RC Lens’ Impressive Season in Ligue 1 So Far — A revitalized city and an energetic fan base

by | Mar 3, 2023 | International, Ligue 1

Lens Is On Pace To Finish In Their Highest League Finish Since 2001/2002

By Jaden Dakwa – LA Soccer Press

There are some stats in world football that are captivating.

Goals, assists, passing accuracy, and advanced stats such as expected goals are often discussed or analyzed. These stats can give some insight into the level of performance.

Racing Club de Lens, a club in Ligue 1, the top domestic league in France, has recorded a stat that is quite compelling. In the 12 home matches RC Lens have played this season, all 12 of these matches have been sold out. This stat does not speak directly to performance, but rather the ambience of the club as a whole.

The Stade Bollaert Delelis has a capacity of 38,223 spectators. The town of Lens has a population of 31,461 people as of January 2019, according to the National Statistics Bureau of France. It is likely that number has risen by a few thousand since then, but a substantial rise would not be evident.

The fact that a town with a population less than its seating capacity is at the forefront of one of the best selling stadiums in Europe is surprising. Although some Lens fans may be located in other parts of the country or the world and away fans will travel to the ground, local fans within the town most likely make up a sizable base. 

An energetic home atmosphere could have played a factor in the outcome of matches. Some beliefs and statistics will point to home field advantage. Games played at home were thoroughly researched during the aftermath of the COVID-19 pandemic when spectators were not allowed in stadiums. Wins at home would underscore a sense of familiarity the home team had on their own pitch. In contrast, away teams have to manage traveling, different playing surfaces, and even changes in climate. RC Lens won the first 10 home matches played at their home ground during the 2022/23 season. 

In addition, fans and the community are a huge part of the club. No player is allowed to wear the number 12. That number represents the supporters. Look no further than the club’s website where these values are explicitly stated.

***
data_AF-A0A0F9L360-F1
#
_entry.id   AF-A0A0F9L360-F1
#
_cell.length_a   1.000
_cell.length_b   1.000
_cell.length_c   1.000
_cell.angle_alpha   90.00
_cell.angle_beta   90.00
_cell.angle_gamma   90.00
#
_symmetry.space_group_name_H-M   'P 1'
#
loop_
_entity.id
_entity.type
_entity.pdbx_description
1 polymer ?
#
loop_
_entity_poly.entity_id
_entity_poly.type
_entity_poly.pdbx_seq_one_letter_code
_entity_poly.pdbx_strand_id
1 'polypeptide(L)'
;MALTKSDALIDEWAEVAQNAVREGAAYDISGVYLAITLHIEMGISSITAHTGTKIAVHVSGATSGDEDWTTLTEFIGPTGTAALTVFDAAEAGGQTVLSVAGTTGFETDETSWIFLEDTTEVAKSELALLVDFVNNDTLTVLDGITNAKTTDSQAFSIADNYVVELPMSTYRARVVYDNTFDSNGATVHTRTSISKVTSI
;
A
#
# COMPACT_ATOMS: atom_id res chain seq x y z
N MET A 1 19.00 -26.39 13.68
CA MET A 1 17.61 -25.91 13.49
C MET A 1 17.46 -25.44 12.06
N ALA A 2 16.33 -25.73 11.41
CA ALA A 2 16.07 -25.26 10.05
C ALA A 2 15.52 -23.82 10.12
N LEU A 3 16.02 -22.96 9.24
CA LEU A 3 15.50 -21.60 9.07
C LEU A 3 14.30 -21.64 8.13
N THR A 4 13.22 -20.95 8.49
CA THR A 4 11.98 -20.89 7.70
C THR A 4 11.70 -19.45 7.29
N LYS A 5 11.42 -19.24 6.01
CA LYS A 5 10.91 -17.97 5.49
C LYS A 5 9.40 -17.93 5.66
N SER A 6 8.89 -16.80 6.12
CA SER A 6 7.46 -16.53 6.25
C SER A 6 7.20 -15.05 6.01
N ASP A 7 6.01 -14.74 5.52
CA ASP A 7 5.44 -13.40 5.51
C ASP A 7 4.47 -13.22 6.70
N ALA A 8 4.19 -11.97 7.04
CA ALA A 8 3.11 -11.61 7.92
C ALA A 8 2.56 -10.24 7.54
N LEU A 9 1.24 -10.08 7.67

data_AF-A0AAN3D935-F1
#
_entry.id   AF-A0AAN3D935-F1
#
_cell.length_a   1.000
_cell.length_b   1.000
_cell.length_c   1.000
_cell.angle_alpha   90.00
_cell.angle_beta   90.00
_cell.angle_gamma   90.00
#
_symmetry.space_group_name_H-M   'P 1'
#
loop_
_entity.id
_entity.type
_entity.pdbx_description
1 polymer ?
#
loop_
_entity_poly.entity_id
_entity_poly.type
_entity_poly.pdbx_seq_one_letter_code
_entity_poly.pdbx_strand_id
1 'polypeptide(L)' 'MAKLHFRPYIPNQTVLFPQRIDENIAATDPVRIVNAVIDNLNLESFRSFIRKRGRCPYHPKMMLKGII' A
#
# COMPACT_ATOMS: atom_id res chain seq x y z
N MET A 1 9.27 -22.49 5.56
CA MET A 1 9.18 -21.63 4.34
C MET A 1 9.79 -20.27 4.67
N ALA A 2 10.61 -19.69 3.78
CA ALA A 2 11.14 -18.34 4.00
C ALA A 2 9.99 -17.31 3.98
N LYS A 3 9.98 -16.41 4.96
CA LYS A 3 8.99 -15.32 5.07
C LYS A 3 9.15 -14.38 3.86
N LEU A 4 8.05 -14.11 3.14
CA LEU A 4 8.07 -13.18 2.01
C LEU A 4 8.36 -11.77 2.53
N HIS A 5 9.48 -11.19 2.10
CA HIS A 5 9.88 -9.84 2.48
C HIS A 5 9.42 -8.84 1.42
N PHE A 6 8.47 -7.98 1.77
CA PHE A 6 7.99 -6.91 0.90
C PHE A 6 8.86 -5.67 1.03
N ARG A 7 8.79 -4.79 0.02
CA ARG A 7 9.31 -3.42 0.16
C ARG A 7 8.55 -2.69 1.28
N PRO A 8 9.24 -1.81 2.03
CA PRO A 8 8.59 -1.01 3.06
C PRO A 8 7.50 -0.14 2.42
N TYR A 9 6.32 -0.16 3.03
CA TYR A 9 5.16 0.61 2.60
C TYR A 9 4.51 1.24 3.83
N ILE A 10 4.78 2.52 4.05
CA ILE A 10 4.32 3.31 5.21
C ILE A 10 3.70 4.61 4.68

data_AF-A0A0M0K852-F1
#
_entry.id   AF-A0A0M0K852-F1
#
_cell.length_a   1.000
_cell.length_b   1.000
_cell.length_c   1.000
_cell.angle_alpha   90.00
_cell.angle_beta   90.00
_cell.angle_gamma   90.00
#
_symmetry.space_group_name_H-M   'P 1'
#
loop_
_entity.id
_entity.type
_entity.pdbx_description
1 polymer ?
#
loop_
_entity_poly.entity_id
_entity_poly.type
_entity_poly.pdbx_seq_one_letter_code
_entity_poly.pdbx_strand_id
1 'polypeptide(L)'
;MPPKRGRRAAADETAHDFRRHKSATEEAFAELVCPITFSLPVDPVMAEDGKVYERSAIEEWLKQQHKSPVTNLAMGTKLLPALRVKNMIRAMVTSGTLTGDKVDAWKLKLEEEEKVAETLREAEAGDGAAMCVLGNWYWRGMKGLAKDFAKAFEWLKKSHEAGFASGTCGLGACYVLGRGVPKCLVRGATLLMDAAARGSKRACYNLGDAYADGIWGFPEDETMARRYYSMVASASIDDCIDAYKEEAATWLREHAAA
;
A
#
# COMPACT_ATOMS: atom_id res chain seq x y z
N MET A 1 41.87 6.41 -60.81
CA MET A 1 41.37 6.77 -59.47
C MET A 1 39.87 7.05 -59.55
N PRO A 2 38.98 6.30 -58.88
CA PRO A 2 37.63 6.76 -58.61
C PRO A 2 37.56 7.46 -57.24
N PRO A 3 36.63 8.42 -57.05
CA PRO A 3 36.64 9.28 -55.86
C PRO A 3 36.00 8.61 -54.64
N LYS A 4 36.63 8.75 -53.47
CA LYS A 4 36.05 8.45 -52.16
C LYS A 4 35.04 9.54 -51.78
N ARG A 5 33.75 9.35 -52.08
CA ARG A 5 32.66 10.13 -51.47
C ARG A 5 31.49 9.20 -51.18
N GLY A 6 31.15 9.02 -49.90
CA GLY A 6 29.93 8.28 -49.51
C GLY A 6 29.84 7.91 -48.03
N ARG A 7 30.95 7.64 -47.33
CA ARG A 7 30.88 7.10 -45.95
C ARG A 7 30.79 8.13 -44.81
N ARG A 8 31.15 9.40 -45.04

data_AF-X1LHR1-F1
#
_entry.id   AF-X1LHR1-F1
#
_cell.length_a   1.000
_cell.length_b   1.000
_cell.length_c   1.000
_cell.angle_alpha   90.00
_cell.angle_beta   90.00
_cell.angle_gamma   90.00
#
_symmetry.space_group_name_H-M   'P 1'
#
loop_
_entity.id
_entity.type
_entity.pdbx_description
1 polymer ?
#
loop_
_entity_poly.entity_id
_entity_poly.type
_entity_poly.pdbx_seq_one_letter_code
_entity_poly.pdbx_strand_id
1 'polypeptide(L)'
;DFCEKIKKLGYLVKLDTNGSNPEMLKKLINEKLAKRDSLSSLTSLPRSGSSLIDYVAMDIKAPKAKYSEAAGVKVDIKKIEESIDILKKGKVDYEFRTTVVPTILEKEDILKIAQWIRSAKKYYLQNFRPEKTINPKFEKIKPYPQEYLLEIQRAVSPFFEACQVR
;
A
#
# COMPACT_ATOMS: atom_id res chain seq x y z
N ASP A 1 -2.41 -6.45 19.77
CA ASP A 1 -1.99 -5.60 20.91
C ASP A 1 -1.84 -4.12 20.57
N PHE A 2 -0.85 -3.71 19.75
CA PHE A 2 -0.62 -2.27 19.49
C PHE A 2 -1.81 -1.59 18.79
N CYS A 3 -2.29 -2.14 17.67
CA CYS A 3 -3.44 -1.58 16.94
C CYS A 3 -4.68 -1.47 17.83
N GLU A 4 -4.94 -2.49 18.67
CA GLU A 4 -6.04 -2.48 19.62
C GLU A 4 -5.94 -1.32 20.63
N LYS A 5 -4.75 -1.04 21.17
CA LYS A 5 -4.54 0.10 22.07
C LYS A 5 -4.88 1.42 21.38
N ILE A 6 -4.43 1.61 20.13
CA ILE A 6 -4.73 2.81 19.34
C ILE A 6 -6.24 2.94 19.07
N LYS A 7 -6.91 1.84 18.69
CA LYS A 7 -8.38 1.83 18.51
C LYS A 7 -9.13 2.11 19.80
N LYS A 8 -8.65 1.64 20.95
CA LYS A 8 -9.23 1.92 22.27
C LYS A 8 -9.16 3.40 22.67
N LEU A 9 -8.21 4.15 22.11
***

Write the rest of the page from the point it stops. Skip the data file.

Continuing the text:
“In the Racing club de Lens, we do not count our wealth and richness in Euros, but our richness in human. Moreover, the club has decided not to give number 12 to one of the players. Indeed, number 12 symbolizes the supporters, thanking them for their loyalty and support.”

Echoing that the club places an emphasis on fan appreciation and highlights the importance of their unyielding support.

“The city of Lens is synonymous with human richness, heart fighting, and solidarity. This is the reason why a mining lamp is printed on our shirt. This is the symbol of our past and historical background.”

Lens is known for its resilience. The city became an important industrial hub after coal was discovered there in 1849. Lens eventually became a profitable mining city and within three years the Lens Mining Company was created. Unfortunately, the city was heavily damaged during World War I. Then in World War II, the city suffered a sizable death toll. Two major wars in the span of 20 years left major death tolls and detrimental economic impact. 

The last coal mine closed in 1990, and the city suffered devastating rates of unemployment. Lens used to single handedly produce half of France’s coal. With that natural resource no longer a part of the economy, the region became impoverished. The city has since reinvented itself and turned former coal extractions sites into tourist attractions. Former mining bases now feature vineyards, hiking trails, ski slopes, and activities such as meditation sessions. 

History clearly serves a large importance. Mayor of Loos-en-Gohelle, Jean-Francois Caron, spoke towards this vital piece of heritage.

“The miners are just as important as the kings in the history of France,” Caron said. 

A region that was ravaged in its recent history has made a method to expound upon its history rather than watch it wilt away. This stark reminder is emphasized in the club’s statements.

“This is the symbol of our past and historical background.”

The resiliency of this community is evident. In a way, it draws parallels to football. Despite inconsistent patches in form, the lessons learned from those stretches are very valuable. There is always room to reinvent and improve.

RC Lens is no stranger to experiencing success. Currently, the club is on a high that has not been seen or felt in quite a while. Lens currently sits in 4th in the Ligue 1 table. If the league was to conclude today, Lens would qualify for the Champions League. The last time Lens finished within Champions League qualification places was the 2001/02 season. 

Lens won the league title in the 1997/98 season for the first time in the club’s 92-year history. Lens is currently eight points back of league leaders PSG. Achieving a league title would be difficult but not unattainable. An eight point gap at this point in the season is substantial, but not impossible to close.